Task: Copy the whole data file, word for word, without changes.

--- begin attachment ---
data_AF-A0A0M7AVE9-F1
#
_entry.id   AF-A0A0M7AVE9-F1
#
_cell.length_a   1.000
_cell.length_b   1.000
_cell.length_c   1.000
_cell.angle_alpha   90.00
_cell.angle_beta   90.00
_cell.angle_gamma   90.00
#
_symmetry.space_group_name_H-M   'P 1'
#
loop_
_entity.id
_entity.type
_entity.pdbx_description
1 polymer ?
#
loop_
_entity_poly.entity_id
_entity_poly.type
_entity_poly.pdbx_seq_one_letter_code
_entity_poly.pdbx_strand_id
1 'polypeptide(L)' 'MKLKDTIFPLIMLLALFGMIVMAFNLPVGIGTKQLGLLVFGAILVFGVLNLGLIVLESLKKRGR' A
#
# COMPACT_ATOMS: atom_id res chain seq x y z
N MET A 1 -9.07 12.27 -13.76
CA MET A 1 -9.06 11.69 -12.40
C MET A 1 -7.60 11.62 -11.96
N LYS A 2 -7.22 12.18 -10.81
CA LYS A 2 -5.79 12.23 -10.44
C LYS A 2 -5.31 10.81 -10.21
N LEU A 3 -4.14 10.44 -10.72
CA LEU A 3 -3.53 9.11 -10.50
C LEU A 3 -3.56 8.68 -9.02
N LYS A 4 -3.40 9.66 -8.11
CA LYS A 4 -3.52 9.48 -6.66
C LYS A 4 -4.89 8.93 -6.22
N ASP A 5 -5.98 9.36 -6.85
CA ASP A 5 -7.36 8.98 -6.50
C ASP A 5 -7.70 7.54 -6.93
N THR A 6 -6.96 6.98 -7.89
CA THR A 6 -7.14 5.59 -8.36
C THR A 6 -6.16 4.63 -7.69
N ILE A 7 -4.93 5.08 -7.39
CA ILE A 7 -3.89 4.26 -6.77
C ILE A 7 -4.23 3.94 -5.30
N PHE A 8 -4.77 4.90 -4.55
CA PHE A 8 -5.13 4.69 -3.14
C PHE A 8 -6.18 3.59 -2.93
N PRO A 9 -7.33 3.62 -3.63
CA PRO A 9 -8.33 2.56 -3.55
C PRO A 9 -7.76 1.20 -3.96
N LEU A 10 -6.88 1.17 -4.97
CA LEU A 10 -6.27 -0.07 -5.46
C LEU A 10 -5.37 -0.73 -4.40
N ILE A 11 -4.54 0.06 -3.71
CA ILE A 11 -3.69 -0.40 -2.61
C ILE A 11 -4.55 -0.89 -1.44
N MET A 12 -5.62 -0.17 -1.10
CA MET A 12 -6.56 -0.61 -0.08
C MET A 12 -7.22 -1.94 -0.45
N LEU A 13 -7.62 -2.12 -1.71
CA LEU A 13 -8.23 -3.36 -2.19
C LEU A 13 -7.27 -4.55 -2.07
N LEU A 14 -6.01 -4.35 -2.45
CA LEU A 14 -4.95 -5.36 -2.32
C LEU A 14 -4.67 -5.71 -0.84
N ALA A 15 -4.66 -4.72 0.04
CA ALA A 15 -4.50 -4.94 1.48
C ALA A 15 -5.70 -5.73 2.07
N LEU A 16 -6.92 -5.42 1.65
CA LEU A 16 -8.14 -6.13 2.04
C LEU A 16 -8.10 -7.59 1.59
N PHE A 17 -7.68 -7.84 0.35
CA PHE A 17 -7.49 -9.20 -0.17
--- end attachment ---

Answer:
data_AF-A0A0M7AVE9-F1
#
_entry.id   AF-A0A0M7AVE9-F1
#
_cell.length_a   1.000
_cell.length_b   1.000
_cell.length_c   1.000
_cell.angle_alpha   90.00
_cell.angle_beta   90.00
_cell.angle_gamma   90.00
#
_symmetry.space_group_name_H-M   'P 1'
#
loop_
_entity.id
_entity.type
_entity.pdbx_description
1 polymer ?
#
loop_
_entity_poly.entity_id
_entity_poly.type
_entity_poly.pdbx_seq_one_letter_code
_entity_poly.pdbx_strand_id
1 'polypeptide(L)' 'MKLKDTIFPLIMLLALFGMIVMAFNLPVGIGTKQLGLLVFGAILVFGVLNLGLIVLESLKKRGR' A
#
# COMPACT_ATOMS: atom_id res chain seq x y z
N MET A 1 -9.07 12.27 -13.76
CA MET A 1 -9.06 11.69 -12.40
C MET A 1 -7.60 11.62 -11.96
N LYS A 2 -7.22 12.18 -10.81
CA LYS A 2 -5.79 12.23 -10.44
C LYS A 2 -5.31 10.81 -10.21
N LEU A 3 -4.14 10.44 -10.72
CA LEU A 3 -3.53 9.11 -10.50
C LEU A 3 -3.56 8.68 -9.02
N LYS A 4 -3.40 9.66 -8.11
CA LYS A 4 -3.52 9.48 -6.66
C LYS A 4 -4.89 8.93 -6.22
N ASP A 5 -5.98 9.36 -6.85
CA ASP A 5 -7.36 8.98 -6.50
C ASP A 5 -7.70 7.54 -6.93
N THR A 6 -6.96 6.98 -7.89
CA THR A 6 -7.14 5.59 -8.36
C THR A 6 -6.16 4.63 -7.69
N ILE A 7 -4.93 5.08 -7.39
CA ILE A 7 -3.89 4.26 -6.77
C ILE A 7 -4.23 3.94 -5.30
N PHE A 8 -4.77 4.90 -4.55
CA PHE A 8 -5.13 4.69 -3.14
C PHE A 8 -6.18 3.59 -2.93
N PRO A 9 -7.33 3.62 -3.63
CA PRO A 9 -8.33 2.56 -3.55
C PRO A 9 -7.76 1.20 -3.96
N LEU A 10 -6.88 1.17 -4.97
CA LEU A 10 -6.27 -0.07 -5.46
C LEU A 10 -5.37 -0.73 -4.40
N ILE A 11 -4.54 0.06 -3.71
CA ILE A 11 -3.69 -0.40 -2.61
C ILE A 11 -4.55 -0.89 -1.44
N MET A 12 -5.62 -0.17 -1.10
CA MET A 12 -6.56 -0.61 -0.08
C MET A 12 -7.22 -1.94 -0.45
N LEU A 13 -7.62 -2.12 -1.71
CA LEU A 13 -8.23 -3.36 -2.19
C LEU A 13 -7.27 -4.55 -2.07
N LEU A 14 -6.01 -4.35 -2.45
CA LEU A 14 -4.95 -5.36 -2.32
C LEU A 14 -4.67 -5.71 -0.84
N ALA A 15 -4.66 -4.72 0.04
CA ALA A 15 -4.50 -4.94 1.48
C ALA A 15 -5.70 -5.73 2.07
N LEU A 16 -6.92 -5.42 1.65
CA LEU A 16 -8.14 -6.13 2.04
C LEU A 16 -8.10 -7.59 1.59
N PHE A 17 -7.68 -7.84 0.35
CA PHE A 17 -7.49 -9.20 -0.17